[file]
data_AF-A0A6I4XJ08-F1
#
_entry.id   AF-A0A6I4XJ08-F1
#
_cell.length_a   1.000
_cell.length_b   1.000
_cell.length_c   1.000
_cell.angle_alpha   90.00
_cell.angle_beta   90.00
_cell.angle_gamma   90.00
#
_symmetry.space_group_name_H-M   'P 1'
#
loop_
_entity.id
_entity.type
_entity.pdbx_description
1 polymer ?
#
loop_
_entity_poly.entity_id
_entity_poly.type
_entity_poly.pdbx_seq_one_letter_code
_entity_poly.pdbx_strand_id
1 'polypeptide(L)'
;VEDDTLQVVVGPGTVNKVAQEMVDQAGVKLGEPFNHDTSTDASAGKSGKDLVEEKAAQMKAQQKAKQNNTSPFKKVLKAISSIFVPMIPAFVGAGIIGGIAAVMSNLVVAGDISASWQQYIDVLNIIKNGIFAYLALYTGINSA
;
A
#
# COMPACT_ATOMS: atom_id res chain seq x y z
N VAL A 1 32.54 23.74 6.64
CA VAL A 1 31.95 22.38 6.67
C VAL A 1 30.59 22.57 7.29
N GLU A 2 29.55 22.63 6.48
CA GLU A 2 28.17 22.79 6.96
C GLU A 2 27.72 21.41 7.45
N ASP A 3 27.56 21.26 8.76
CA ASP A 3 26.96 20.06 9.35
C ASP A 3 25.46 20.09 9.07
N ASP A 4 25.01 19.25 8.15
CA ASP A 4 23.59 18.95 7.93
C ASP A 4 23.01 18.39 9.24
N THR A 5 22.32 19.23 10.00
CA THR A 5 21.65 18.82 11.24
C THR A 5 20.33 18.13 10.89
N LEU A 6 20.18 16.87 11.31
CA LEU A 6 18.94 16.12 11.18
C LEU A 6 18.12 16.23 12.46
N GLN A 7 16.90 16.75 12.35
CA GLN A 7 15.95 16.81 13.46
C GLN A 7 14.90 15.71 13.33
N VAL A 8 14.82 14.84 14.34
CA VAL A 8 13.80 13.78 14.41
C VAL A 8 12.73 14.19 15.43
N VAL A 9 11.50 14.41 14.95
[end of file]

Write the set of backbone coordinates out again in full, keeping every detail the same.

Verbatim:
data_AF-A0A6I4XJ08-F1
#
_entry.id   AF-A0A6I4XJ08-F1
#
_cell.length_a   1.000
_cell.length_b   1.000
_cell.length_c   1.000
_cell.angle_alpha   90.00
_cell.angle_beta   90.00
_cell.angle_gamma   90.00
#
_symmetry.space_group_name_H-M   'P 1'
#
loop_
_entity.id
_entity.type
_entity.pdbx_description
1 polymer ?
#
loop_
_entity_poly.entity_id
_entity_poly.type
_entity_poly.pdbx_seq_one_letter_code
_entity_poly.pdbx_strand_id
1 'polypeptide(L)'
;VEDDTLQVVVGPGTVNKVAQEMVDQAGVKLGEPFNHDTSTDASAGKSGKDLVEEKAAQMKAQQKAKQNNTSPFKKVLKAISSIFVPMIPAFVGAGIIGGIAAVMSNLVVAGDISASWQQYIDVLNIIKNGIFAYLALYTGINSA
;
A
#
# COMPACT_ATOMS: atom_id res chain seq x y z
N VAL A 1 32.54 23.74 6.64
CA VAL A 1 31.95 22.38 6.67
C VAL A 1 30.59 22.57 7.29
N GLU A 2 29.55 22.63 6.48
CA GLU A 2 28.17 22.79 6.96
C GLU A 2 27.72 21.41 7.45
N ASP A 3 27.56 21.26 8.76
CA ASP A 3 26.96 20.06 9.35
C ASP A 3 25.46 20.09 9.07
N ASP A 4 25.01 19.25 8.15
CA ASP A 4 23.59 18.95 7.93
C ASP A 4 23.01 18.39 9.24
N THR A 5 22.32 19.23 10.00
CA THR A 5 21.65 18.82 11.24
C THR A 5 20.33 18.13 10.89
N LEU A 6 20.18 16.87 11.31
CA LEU A 6 18.94 16.12 11.18
C LEU A 6 18.12 16.23 12.46
N GLN A 7 16.90 16.75 12.35
CA GLN A 7 15.95 16.81 13.46
C GLN A 7 14.90 15.71 13.33
N VAL A 8 14.82 14.84 14.34
CA VAL A 8 13.80 13.78 14.41
C VAL A 8 12.73 14.19 15.43
N VAL A 9 11.50 14.41 14.95